Unlike many health conditions, everyone deals with digestive issues at some point in their lives. No matter how healthy you are, you have most likely experienced eating something that didn’t quite “sit right” and made you feel uncomfortable for a day or two.
But how do you know if the issue you’re dealing with is “normal” or not?
As Ben Thomas, DO, gastroenterologist, says, “Everybody is different.” There is no one-size-fits-all checklist for gastrointestinal (GI) health. But there are certain markers to watch for.
“If you have symptoms that are interfering with your life, talk to your physician,” Dr. Thomas says. Often, he says, he will hear from patients that their GI issues are causing them to skip going out to dinner or even take trips to the grocery store. GI issues can be something that women feel embarrassed about; however, a physician can help with symptom management; you don’t have to adjust your life around your condition.
What are the red flags?
One common GI issue is irritable bowel syndrome (IBS). The most common symptoms of IBS are abdominal pain, cramping, bloating; excess gas; and diarrhea or constipation—sometimes in alternating bouts.
Less common are more severe symptoms of IBS, including blood in stool, unintentional weight loss, vomiting blood, and abdominal pain that doesn’t go away.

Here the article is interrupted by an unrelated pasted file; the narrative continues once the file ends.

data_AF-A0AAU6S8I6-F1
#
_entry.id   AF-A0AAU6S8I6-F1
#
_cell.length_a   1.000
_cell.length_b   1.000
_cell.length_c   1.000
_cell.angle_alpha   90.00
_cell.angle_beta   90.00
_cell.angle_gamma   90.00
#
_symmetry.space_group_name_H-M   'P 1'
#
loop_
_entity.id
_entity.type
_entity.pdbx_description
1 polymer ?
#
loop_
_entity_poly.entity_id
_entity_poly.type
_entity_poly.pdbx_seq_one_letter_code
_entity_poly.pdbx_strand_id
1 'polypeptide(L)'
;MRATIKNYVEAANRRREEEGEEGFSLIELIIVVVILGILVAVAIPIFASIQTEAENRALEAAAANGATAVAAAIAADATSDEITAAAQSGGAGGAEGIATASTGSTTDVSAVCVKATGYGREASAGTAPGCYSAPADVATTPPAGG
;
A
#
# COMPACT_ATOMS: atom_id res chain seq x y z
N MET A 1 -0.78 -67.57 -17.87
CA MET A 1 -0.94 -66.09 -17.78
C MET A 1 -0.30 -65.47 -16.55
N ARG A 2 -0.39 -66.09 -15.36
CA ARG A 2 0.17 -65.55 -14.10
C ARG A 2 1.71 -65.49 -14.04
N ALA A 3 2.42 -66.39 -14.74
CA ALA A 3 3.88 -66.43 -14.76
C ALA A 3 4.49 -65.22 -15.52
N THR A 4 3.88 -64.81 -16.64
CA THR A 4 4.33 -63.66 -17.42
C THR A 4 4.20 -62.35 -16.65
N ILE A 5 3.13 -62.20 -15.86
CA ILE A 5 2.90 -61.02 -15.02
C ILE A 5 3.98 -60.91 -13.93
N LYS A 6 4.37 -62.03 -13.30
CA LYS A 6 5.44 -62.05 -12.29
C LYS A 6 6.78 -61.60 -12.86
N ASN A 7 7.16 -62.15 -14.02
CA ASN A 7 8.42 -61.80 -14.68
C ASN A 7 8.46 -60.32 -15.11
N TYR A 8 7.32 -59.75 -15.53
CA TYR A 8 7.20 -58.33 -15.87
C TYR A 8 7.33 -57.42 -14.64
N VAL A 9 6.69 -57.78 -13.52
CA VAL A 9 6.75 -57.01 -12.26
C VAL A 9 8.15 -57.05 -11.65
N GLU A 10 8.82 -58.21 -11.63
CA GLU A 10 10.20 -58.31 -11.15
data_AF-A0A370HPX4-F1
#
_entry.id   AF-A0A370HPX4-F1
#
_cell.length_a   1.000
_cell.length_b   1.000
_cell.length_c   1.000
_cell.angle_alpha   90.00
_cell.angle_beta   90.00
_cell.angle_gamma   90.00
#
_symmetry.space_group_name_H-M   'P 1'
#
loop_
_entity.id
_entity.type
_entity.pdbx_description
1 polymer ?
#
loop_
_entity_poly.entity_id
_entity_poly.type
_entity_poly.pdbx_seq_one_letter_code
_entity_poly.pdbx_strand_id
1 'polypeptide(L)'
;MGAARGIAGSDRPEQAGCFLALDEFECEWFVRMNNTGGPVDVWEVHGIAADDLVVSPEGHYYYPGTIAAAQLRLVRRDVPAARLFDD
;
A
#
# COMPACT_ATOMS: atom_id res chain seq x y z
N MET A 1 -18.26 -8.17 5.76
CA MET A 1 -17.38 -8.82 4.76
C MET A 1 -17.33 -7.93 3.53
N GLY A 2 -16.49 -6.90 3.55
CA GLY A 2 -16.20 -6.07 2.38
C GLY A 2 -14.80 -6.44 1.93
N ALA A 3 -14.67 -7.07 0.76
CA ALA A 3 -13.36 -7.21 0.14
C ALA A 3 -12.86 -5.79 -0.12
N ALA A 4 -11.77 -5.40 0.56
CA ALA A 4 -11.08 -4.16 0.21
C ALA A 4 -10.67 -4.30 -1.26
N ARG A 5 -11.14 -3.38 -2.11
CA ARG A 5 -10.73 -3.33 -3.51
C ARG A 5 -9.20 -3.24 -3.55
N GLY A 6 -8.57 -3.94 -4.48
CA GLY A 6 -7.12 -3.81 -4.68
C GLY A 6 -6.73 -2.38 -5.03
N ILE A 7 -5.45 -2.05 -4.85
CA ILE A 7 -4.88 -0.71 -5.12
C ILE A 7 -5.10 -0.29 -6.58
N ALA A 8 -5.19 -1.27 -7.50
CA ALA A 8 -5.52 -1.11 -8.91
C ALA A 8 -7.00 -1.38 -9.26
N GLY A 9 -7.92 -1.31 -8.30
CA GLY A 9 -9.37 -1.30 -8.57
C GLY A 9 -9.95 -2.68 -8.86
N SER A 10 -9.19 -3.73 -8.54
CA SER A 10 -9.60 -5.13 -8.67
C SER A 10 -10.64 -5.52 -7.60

If you exhibit any of these more severe symptoms, it’s important to treat them like red flags and go to a doctor right away. With many conditions like IBS, treatment focuses on managing symptoms. However, Dr. Thomas explains it is important to rule out pathological issues, such as colon cancer.
Who should you talk to?
For many women, their OB-GYN is their primary point of contact for their care. Gastrointestinal issues often don’t come up in the list of questions your OB-GYN will ask you. However, if you are having GI problems, you can mention your symptoms to your OB-GYN or primary care provider, who can then refer you to the best GI specialist.
Dr. Thomas notes that most women understand the importance of regular screenings when it comes to mammograms, pap smears, and yearly primary care visits. He emphasizes, however, that for those over the age of 50, screenings for colon cancer are just as important.
“In the same way that screenings for cervical or breast cancer are important, it’s just as important to get screened regarding your colon health at appropriate times. A lot of GI symptoms won’t necessarily mean that something is seriously wrong,” says Dr. Thomas, “but it’s important to get screened to find out.”
The month's most popular health news, stories, and tips in your inbox.Sign Up